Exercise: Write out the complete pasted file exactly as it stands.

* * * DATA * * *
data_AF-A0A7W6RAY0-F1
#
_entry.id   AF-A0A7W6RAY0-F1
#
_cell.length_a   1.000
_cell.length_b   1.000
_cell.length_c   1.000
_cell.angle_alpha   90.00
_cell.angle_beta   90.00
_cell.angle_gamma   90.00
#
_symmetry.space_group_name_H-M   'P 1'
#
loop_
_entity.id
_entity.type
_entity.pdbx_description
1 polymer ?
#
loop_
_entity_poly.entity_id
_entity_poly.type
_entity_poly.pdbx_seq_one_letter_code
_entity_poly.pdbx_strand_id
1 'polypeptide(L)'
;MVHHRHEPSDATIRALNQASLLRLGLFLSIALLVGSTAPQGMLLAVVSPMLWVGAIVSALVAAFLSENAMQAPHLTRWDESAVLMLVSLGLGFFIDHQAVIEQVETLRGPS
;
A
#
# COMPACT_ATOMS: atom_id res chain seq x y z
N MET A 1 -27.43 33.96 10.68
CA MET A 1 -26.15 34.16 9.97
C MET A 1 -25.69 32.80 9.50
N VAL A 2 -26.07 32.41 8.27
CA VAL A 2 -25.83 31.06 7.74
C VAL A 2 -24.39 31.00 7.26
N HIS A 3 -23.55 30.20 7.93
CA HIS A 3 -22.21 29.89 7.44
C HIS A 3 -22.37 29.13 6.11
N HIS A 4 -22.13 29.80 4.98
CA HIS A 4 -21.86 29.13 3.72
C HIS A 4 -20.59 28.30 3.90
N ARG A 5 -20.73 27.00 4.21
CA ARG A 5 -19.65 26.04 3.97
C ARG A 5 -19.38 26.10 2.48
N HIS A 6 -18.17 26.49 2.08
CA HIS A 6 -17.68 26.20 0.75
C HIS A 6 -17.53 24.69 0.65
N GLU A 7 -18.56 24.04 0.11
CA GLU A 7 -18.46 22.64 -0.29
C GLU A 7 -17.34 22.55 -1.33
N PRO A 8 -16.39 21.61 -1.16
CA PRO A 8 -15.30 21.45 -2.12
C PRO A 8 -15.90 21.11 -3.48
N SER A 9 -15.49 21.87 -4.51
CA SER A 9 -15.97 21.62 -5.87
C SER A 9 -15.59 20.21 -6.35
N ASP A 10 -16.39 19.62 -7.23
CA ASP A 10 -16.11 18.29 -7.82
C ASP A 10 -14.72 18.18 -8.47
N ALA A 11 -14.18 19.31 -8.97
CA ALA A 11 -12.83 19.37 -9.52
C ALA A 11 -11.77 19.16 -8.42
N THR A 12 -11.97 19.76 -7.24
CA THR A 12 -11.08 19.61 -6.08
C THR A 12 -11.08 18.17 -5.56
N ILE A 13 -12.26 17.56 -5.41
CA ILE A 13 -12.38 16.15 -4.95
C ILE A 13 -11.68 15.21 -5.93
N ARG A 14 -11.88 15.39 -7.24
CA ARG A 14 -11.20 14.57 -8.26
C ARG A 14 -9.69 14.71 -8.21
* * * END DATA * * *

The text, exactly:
data_AF-A0A7W6RAY0-F1
#
_entry.id   AF-A0A7W6RAY0-F1
#
_cell.length_a   1.000
_cell.length_b   1.000
_cell.length_c   1.000
_cell.angle_alpha   90.00
_cell.angle_beta   90.00
_cell.angle_gamma   90.00
#
_symmetry.space_group_name_H-M   'P 1'
#
loop_
_entity.id
_entity.type
_entity.pdbx_description
1 polymer ?
#
loop_
_entity_poly.entity_id
_entity_poly.type
_entity_poly.pdbx_seq_one_letter_code
_entity_poly.pdbx_strand_id
1 'polypeptide(L)'
;MVHHRHEPSDATIRALNQASLLRLGLFLSIALLVGSTAPQGMLLAVVSPMLWVGAIVSALVAAFLSENAMQAPHLTRWDESAVLMLVSLGLGFFIDHQAVIEQVETLRGPS
;
A
#
# COMPACT_ATOMS: atom_id res chain seq x y z
N MET A 1 -27.43 33.96 10.68
CA MET A 1 -26.15 34.16 9.97
C MET A 1 -25.69 32.80 9.50
N VAL A 2 -26.07 32.41 8.27
CA VAL A 2 -25.83 31.06 7.74
C VAL A 2 -24.39 31.00 7.26
N HIS A 3 -23.55 30.20 7.93
CA HIS A 3 -22.21 29.89 7.44
C HIS A 3 -22.37 29.13 6.11
N HIS A 4 -22.13 29.80 4.98
CA HIS A 4 -21.86 29.13 3.72
C HIS A 4 -20.59 28.30 3.90
N ARG A 5 -20.73 27.00 4.21
CA ARG A 5 -19.65 26.04 3.97
C ARG A 5 -19.38 26.10 2.48
N HIS A 6 -18.17 26.49 2.08
CA HIS A 6 -17.68 26.20 0.75
C HIS A 6 -17.53 24.69 0.65
N GLU A 7 -18.56 24.04 0.11
CA GLU A 7 -18.46 22.64 -0.29
C GLU A 7 -17.34 22.55 -1.33
N PRO A 8 -16.39 21.61 -1.16
CA PRO A 8 -15.30 21.45 -2.12
C PRO A 8 -15.90 21.11 -3.48
N SER A 9 -15.49 21.87 -4.51
CA SER A 9 -15.97 21.62 -5.87
C SER A 9 -15.59 20.21 -6.35
N ASP A 10 -16.39 19.62 -7.23
CA ASP A 10 -16.11 18.29 -7.82
C ASP A 10 -14.72 18.18 -8.47
N ALA A 11 -14.18 19.31 -8.97
CA ALA A 11 -12.83 19.37 -9.52
C ALA A 11 -11.77 19.16 -8.42
N THR A 12 -11.97 19.76 -7.24
CA THR A 12 -11.08 19.61 -6.08
C THR A 12 -11.08 18.17 -5.56
N ILE A 13 -12.26 17.56 -5.41
CA ILE A 13 -12.38 16.15 -4.95
C ILE A 13 -11.68 15.21 -5.93
N ARG A 14 -11.88 15.39 -7.24
CA ARG A 14 -11.20 14.57 -8.26
C ARG A 14 -9.69 14.71 -8.21